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    Last-chance Rescue | Winter 2012 Out Here Magazine

    Group focuses compassion on old, ill, and special-needs dogs

    Renee Habart snuggles with Faith, a rescue dog who is about 10 years old
    Renee Habart snuggles with Faith, a rescue who is between 9 and 10 years old. Older dogs like Faith are usually passed over by adopters and therefore never make it out of shelters.

    By Noble Sprayberry

    Photography by Martin Lerman

    Too weak to walk, too old for hope. Admiral, an Australian shepherd, was going to die, put down unloved and alone in an Ohio shelter. Then, Renee Habart opened her heart and home by adopting Admiral.

    "He was very old, 40 pounds underweight, and he had mange," she says. "I just had to save him and bring him home with me. He was in bad shape, and I had to lift him into the car."

    Nursed back to health, growing to nearly 80 pounds, he was a member of her family for the next 2½ years. Time finally caught up to Admiral and he was put to sleep at about age 16. But, he ended his life surrounded by love. For Renee, helping Admiral and dogs like him means she receives more than she gives.

    "It's just to know you saved that life," she says. "When they look at you with those eyes, like they're saying, 'Thank you,' it's so worth it." Giving aging, special needs, or unwanted dogs a home is a way of life for Renee.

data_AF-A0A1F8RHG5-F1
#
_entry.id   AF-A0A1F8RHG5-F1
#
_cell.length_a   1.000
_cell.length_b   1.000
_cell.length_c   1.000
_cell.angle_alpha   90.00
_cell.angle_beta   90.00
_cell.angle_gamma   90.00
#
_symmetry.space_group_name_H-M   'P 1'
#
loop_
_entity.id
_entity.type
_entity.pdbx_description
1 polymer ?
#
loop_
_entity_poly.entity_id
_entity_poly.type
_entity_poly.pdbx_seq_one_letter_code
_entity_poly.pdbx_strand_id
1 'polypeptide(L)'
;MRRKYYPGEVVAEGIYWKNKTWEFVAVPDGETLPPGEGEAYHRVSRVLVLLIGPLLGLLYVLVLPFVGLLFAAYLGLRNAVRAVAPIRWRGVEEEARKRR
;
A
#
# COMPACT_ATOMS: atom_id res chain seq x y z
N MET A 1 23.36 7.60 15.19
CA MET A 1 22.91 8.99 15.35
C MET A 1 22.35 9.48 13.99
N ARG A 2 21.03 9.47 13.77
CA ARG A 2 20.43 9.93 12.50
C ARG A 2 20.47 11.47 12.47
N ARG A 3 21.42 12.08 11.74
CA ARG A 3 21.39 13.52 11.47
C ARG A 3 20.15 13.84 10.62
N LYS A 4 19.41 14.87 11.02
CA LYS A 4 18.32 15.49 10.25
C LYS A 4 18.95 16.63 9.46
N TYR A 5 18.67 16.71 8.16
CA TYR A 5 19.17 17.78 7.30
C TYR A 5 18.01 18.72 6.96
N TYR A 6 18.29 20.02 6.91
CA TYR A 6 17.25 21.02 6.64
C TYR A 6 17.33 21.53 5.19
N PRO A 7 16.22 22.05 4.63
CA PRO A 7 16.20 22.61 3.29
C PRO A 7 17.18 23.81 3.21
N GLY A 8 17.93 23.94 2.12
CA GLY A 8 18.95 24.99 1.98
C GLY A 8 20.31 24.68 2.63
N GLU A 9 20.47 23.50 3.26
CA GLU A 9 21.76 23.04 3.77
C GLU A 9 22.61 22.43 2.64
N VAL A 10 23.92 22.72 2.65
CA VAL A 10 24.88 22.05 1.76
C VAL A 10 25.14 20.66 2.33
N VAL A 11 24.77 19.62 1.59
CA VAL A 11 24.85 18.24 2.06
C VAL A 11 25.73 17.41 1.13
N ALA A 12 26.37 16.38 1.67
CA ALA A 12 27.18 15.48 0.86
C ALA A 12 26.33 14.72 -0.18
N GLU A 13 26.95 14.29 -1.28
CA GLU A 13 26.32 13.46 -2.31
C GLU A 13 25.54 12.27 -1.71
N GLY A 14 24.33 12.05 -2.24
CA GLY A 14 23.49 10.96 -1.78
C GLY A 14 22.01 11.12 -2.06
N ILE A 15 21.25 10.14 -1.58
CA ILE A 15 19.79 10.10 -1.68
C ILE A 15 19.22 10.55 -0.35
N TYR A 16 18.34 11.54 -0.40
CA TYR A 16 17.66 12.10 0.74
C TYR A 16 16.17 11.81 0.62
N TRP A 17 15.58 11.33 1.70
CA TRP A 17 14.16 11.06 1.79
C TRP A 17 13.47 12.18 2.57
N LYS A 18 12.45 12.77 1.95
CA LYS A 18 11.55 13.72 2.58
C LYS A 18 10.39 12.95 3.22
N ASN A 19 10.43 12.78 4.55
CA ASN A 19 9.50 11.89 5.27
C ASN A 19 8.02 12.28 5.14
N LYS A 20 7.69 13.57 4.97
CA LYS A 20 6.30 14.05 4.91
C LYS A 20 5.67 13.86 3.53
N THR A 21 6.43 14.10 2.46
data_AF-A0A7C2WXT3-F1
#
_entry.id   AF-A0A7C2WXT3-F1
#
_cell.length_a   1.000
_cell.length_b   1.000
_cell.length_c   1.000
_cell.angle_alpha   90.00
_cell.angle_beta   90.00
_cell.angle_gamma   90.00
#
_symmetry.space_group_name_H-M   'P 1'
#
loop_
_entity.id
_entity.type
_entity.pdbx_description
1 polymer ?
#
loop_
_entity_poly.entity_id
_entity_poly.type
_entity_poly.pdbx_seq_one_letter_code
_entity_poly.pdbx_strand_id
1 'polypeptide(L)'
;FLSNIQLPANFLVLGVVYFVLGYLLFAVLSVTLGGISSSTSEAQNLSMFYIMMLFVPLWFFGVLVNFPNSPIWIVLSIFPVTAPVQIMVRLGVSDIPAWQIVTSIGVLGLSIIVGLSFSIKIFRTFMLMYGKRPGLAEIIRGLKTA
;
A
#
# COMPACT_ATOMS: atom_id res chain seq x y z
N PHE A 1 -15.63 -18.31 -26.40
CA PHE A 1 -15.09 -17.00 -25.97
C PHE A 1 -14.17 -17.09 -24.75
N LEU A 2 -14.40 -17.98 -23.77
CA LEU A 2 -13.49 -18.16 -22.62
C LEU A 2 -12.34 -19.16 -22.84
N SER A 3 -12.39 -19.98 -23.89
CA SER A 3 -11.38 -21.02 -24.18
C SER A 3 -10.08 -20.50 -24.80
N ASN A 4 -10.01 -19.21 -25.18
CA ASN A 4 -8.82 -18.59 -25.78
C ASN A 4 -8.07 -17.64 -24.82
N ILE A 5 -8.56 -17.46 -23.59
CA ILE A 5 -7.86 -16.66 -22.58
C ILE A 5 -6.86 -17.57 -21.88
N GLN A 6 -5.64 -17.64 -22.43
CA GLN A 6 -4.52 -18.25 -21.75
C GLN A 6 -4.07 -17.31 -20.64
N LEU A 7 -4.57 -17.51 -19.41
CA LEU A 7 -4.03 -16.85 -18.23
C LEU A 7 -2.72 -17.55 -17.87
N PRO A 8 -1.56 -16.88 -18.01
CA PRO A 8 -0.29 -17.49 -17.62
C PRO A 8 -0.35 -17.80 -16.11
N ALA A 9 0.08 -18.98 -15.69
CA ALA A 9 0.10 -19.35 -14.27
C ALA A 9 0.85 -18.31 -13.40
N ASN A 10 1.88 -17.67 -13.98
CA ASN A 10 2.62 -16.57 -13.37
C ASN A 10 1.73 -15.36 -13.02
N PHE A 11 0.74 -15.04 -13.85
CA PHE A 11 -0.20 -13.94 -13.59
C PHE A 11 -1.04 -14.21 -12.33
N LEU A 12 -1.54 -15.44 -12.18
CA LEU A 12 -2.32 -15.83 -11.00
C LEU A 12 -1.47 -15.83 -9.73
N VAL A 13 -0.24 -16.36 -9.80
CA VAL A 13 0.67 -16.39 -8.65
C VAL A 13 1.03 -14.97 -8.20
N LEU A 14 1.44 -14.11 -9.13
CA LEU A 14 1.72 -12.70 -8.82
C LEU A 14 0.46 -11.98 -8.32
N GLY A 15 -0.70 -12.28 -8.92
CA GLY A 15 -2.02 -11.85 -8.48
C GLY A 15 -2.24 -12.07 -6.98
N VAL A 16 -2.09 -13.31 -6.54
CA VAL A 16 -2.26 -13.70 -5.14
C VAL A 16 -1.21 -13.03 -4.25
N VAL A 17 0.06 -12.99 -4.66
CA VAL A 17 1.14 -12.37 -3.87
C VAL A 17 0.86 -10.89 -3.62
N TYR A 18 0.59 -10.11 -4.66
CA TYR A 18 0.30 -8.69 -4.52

A resident of Parma, Ohio, she is among the volunteers with "For the Dogs" animal rescue. The group does not operate a shelter. Instead, they bring dogs into their homes, fostering them until they find the animals permanent homes, or until nature takes its course.

    The For the Dogs team believes older dogs also deserve champions in a world where puppies are often adopted quickly but mature dogs languish.

    "Most people think these dogs are unadoptable," Renee says. "No one even wants to look at them, and they're the first ones to get put down."

    Renee, however, is committed to the animals, often caring for multiple dogs at once. At times, she might give short-term help, such as post-surgery care. She also often provides canine hospice, making an animal's last days as comfortable as possible.

    "A lot of it is just day-by-day, and you enjoy them while you have them," she says.

    Old dogs, though, are worth the effort, because they offer so much. For example, For the Dogs manages a "Seniors for Seniors" program, which pairs senior dogs with senior citizens.

    "A retired person might just be looking for a companion; just someone they can watch TV with," Renee says. "Some of these senior dogs don't require a great deal of care, and they can still give that companionship."

    And though some of the senior or disabled dogs might be more challenging to place, For the Dogs does not rush pet adoptions. Each would-be dog adopter faces scrutiny, including an in-home visit. "We won't place a dog unless we're sure it will be totally safe," she says. The nonprofit operation survives on donations, because the volunteers pay to feed the animals they foster, an expense that can add up fast.

    Renee, though, is happy to invest her time and money in these pets that once were left behind. "These dogs are just so thankful for so little," she says. "It's worth it."

    Georgia writer Noble Sprayberry is a frequent contributor to Out Here.


    Renee Habart tells about more For the Dogs rescues here.


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